Tulip Fever

[2.5 stars]

Tulip Fever, much like the mercurial bloom’s marketplace namesake, is beautifully filmed, but ultimately not particularly satisfying on any level. The story here is purportedly one of romance, but it is as much about feminism, class, politics, greed, and a reflection of modern times. Unfortunately, all of that is easy to see, but not really felt in the final cut.

The story revolves around two couples and one man. Alicia Vikander (Jason Bourne) and Dane DeHaan (A Cure for Wellness) are the focus of the story, providing the main thread to pull us through. But the story is being told by Holliday Grainger (Strike), who’s relationship with Jack O’Connell (Money Monster) is affected as well. Both couples do what they can, though neither are particularly magnetic nor gripping in their passions emotionally, despite some nice on-screen physical examples. Frankly, when all is said and done, it is the path that Christoph Waltz (Downsizing) walks that is the most interesting. It is his most sympathetic and compelling role in a while. He is subtle and tormented in fascinating ways, and he manages to support the film from the background rather than trying to dominate it with a crazy portrayal.

There are also several notable supporting roles and characters. Tom Hollander (The Night Manager) and Judi Dench (Miss Peregrine’s School for Peculiar Children) are the most amusing and believable, but Matthew Morrison (Glee) and Zach Galifianakis (Lego Batman Movie) add their own value too. Galifianakis is hurt more by the script than his performance in this (but I’ll get to that). Finally, in a bit part that sort of goes nowhere is Cara Delevingne (Valerian and the City of a Thousand Planets). The only reason to call her out is that she was paired with DeHaan in her next film; the performance here is fine, and I give her credit for making of it what she could.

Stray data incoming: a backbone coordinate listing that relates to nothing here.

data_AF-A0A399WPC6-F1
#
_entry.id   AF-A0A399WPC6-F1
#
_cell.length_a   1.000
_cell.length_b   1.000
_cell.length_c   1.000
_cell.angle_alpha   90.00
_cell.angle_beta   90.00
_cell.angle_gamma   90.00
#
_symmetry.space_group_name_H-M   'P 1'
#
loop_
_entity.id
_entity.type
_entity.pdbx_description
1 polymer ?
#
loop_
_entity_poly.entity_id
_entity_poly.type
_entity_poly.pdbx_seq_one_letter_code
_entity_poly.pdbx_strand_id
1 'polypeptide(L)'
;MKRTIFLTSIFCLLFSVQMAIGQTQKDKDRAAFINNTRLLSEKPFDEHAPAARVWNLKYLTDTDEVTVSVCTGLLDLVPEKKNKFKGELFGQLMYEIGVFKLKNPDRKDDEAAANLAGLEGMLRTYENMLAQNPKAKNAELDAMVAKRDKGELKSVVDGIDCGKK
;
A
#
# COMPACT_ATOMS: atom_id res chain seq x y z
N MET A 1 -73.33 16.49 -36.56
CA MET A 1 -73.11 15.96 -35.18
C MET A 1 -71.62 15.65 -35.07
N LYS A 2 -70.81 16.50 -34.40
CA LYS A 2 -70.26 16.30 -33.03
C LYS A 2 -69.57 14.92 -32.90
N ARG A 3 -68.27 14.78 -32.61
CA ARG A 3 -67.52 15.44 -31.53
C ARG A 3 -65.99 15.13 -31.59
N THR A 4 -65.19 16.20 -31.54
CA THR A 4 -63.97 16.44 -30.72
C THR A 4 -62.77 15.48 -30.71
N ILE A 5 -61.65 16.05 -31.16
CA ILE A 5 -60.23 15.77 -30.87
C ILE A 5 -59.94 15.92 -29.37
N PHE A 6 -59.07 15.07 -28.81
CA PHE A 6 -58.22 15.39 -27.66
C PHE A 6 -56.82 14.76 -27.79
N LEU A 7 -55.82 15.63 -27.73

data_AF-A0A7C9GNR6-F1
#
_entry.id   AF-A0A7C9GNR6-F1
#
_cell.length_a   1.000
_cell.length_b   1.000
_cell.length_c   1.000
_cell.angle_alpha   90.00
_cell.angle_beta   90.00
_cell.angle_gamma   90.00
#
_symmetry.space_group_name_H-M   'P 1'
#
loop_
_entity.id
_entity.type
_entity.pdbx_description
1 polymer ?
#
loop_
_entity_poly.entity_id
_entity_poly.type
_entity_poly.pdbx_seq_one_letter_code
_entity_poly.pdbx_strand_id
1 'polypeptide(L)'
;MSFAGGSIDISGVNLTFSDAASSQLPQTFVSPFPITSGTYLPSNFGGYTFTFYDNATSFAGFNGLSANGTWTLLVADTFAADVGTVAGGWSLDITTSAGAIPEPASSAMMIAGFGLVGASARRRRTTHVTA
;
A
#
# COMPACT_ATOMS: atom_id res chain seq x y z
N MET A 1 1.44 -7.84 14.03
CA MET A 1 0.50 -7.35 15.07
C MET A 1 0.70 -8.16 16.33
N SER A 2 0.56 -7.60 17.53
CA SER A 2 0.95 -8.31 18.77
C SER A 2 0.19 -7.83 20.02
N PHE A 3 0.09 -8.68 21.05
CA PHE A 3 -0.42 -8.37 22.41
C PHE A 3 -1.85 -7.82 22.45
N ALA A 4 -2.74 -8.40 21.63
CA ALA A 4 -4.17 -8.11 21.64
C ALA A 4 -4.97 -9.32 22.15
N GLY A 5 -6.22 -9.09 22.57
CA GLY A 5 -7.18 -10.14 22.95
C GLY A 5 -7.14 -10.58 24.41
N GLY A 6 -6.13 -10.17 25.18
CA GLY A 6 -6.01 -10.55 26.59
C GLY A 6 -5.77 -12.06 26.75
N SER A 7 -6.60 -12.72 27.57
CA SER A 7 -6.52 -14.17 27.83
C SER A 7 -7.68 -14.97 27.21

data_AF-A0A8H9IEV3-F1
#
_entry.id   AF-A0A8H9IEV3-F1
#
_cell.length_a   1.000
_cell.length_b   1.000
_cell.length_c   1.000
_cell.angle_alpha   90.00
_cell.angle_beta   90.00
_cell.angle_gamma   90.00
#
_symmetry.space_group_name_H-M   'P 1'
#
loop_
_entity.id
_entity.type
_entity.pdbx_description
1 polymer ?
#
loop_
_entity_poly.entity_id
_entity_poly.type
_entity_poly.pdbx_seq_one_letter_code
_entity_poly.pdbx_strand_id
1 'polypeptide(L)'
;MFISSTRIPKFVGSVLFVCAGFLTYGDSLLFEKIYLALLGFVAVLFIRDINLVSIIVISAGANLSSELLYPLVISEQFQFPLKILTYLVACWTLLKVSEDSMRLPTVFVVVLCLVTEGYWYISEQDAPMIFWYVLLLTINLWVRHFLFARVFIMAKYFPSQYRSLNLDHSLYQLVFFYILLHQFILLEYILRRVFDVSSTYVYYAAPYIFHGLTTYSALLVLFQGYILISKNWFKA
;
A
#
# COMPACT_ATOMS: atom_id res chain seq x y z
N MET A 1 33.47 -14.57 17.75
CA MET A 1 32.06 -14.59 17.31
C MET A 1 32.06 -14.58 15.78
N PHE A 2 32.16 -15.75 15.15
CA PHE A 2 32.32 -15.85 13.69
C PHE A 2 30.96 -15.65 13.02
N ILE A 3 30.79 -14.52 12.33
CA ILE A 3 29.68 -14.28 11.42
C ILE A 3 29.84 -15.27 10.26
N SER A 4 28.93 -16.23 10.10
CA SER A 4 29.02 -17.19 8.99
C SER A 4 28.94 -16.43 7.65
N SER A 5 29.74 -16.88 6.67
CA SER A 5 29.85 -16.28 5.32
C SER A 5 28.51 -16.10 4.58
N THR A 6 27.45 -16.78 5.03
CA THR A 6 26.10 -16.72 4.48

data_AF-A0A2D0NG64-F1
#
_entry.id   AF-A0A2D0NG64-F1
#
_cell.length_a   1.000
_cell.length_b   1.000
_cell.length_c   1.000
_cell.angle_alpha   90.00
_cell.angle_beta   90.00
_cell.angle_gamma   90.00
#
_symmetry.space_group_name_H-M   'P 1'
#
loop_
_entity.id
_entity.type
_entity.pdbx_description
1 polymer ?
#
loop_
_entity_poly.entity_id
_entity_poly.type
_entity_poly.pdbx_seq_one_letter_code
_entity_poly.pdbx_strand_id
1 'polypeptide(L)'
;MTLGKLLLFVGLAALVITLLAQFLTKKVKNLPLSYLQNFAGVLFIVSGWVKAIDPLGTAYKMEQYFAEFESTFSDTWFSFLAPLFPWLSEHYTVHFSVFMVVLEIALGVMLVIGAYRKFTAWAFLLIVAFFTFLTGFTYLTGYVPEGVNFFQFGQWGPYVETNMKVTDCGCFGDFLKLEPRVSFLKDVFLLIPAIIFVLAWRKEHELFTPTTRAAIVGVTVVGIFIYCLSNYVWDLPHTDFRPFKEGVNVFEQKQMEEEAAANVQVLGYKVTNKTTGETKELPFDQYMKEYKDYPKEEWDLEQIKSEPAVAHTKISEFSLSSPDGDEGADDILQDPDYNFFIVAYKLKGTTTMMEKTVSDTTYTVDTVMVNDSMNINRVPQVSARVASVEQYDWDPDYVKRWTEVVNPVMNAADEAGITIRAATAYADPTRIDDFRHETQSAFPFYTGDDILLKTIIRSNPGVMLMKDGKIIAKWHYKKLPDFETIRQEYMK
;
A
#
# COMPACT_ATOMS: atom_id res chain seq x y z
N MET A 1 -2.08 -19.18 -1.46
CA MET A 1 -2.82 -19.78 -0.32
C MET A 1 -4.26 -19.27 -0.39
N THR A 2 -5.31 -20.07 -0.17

So with all this talent, why did it fail? Despite being co-written by the great Tom Stoppard (Anna Karenina), the script is the real problem for this story. It depends entirely on two incredibly stupid choices by characters. It isn’t that the choices aren’t set up, but they are both avoidable and, in one case, purely ridiculous that no one stops it from happening. No amount of commitment or clever aspect of plot nor unexpected endings can overcome those points for me because they undercut the credibility of the story as a whole. Using the conceits of farce amid the romance just deflated the whole for me. And, while these items are also used in classic tragedy, they need to be credible to work. In this case they were blindingly avoidable.

There is some interesting history and reflection to absorb with this film. And Chadwick directed it reasonably well. But only make time for this if you must see the actors or have some deep interest in Holland in the 1620s, though historically you are likely to feel short-shrifted.

Tulip Fever

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